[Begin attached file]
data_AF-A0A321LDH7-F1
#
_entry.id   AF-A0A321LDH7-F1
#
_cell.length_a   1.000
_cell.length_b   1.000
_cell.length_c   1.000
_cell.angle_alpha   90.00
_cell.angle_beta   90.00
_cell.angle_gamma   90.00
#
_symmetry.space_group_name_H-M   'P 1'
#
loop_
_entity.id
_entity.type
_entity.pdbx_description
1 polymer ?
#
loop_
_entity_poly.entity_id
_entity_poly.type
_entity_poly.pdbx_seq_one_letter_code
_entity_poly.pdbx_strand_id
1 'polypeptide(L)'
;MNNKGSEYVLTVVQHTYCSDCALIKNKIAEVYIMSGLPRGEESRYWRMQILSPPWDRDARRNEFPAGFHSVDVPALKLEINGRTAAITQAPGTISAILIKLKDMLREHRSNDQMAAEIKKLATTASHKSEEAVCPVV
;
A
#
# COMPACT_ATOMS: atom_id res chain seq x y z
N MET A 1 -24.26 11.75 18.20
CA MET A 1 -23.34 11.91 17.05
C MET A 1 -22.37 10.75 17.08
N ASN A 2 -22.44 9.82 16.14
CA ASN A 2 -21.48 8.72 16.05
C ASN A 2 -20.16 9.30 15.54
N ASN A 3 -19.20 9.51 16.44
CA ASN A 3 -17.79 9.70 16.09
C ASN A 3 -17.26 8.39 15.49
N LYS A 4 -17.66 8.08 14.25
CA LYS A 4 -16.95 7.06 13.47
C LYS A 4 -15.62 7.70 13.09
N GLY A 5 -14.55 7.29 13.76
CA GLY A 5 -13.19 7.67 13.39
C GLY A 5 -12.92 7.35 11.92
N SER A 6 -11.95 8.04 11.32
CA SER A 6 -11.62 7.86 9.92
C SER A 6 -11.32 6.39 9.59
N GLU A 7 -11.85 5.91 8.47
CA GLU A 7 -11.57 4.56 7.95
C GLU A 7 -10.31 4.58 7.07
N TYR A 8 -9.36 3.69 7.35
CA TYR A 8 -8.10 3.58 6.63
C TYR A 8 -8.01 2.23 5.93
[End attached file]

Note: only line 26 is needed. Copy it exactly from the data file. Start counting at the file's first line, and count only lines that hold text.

;MNNKGSEYVLTVVQHTYCSDCALIKNKIAEVYIMSGLPRGEESRYWRMQILSPPWDRDARRNEFPAGFHSVDVPALKLEINGRTAAITQAPGTISAILIKLKDMLREHRSNDQMAAEIKKLATTASHKSEEAVCPVV